Dauhajre said he helped Odebrecht find alternative sources of funding for the plant, and that Odebrecht had proposed Fincastle Enterprises as the vehicle for his payment.

“Baker Street Financial successfully and effectively provided the advisory service requested by Odebrecht during 2014 and 2015,” Dauhajre said in a letter to ICIJ. “It was this financial service that generated the remuneration.”


A subway system for Quito — the high-altitude capital city that is home to more than 1.5 million people — was Odebrecht’s most important project in Ecuador. The project’s construction budget came in at just over $2 billion.  The 14-mile system, slated to open in December, is expected eventually to transport as many as 530,000 commuters a day.

When Odebrecht’s international bribery was exposed, local prosecutors launched an investigation into whether the company’s work on the Quito Metro had been tainted by bribes. In March 2018, after more than a year on the case, prosecutors closed the investigation, saying there wasn’t evidence to support charges.

“The files of the bribery division might reopen it,” the ICIJ says.

In Drousys system emails, Odebrecht employees, code-named “Silver,” “Fred” and “Wilson,” discuss payments for the Quito Metro that were routed through their department. In July 2015, for instance, Silver asks Fred whether payment for the Metro had been issued and if it had been made via Meinl Bank, a bank whose Antigua branch was acquired by Odebrecht operatives in 2010 to facilitate corrupt payments, according to prosecutors. Fred replied in the affirmative.

“The Metro payment was also made through Meinl,” Fred wrote in an email to Silver.

The message notes that the payment was made through the company Fortress Investors Ltd., which appears repeatedly in the bribery division’s files as a conduit for payments. The records don’t say who received the secret payments or their purpose.

Mauricio Rodas, the former mayor of Quito whose administration approved Odebrecht’s contract, told an ICIJ journalist that Odebrecht was chosen solely because it offered the least expensive economic proposal, and that the project would reshape transportation in Quito.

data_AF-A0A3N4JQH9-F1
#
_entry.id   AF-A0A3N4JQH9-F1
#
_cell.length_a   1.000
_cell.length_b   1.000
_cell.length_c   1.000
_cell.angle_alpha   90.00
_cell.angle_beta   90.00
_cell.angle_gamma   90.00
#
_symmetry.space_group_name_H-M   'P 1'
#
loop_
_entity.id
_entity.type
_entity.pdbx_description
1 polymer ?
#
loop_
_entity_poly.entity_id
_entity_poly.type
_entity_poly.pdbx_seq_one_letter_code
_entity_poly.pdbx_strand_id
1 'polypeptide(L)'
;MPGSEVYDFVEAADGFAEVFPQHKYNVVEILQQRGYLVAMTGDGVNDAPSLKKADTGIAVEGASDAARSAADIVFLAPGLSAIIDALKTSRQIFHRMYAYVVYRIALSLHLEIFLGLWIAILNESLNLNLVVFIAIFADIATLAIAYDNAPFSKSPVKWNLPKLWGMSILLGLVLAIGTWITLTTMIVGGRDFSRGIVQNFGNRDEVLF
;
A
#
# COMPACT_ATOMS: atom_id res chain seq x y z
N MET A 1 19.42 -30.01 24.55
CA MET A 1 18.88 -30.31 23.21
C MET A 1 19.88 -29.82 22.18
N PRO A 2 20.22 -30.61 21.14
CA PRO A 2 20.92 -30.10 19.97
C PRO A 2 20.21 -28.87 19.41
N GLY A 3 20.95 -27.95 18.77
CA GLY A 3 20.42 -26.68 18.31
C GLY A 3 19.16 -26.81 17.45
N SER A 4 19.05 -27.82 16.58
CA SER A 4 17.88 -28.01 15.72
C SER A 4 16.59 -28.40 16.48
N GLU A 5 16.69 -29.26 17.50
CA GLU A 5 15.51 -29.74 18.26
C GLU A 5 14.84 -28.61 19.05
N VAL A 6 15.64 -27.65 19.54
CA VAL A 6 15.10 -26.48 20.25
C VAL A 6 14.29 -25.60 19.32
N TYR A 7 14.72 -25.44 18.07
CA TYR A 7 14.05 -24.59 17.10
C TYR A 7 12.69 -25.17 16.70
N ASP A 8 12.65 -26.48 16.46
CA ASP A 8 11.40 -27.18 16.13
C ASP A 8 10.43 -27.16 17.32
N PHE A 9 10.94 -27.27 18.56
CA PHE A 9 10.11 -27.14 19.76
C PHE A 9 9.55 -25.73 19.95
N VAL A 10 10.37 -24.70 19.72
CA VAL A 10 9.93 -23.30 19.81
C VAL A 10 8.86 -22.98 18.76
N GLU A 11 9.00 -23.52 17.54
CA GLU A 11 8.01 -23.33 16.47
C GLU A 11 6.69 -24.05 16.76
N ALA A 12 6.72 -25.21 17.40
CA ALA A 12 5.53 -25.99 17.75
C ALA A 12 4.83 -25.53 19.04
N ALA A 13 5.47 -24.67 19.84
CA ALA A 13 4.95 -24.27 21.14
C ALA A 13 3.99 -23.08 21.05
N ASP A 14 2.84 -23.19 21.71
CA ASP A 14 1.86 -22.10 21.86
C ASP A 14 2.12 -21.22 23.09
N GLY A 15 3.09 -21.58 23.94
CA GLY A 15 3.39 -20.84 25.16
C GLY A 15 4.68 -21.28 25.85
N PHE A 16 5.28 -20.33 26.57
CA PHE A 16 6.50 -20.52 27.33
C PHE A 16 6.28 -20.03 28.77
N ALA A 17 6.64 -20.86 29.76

The leaked Drousys files include other secret payments related to projects that so far have not been connected to the Odebrecht scandal. The Gasoducto Sur, a gas pipeline in southern Peru and the most prominent project of the administration of former Peruvian President Ollanta Humala, is mentioned in connection with 17 payments in 2014 totaling more than $3 million.

A Peruvian prosecutor indicted Humala and his wife, Nadine Heredia, in May for allegedly laundering assets provided by Odebrecht. Payments related to the $7 billion pipeline have not been disclosed by Odebrecht.

The Ruta Viva, a highway between Quito and Ecuador’s largest airport, is not mentioned in  Ecuadorian prosecutors’ filings but is named in the new trove of documents in connection with a payment of 915,000 in an unspecified currency made in October 2012, several months after the city awarded Odebrecht the contract to build the road. The leaked documents don’t say who received the hidden payment.

In Panama, the country’s first ever rapid-transit system, in Panama City, and an expansion of the city’s airport, Tocumen International, are linked for the first time to millions of dollars in hidden payments made in 2014.

In Venezuela, new details emerged showing more than $34 million in secret payments in 2014 linked to Line 5 of the Caracas Metro, for which only one of 10 planned stations has been built, according to the new report from the International Consortium of Investigative Journalists.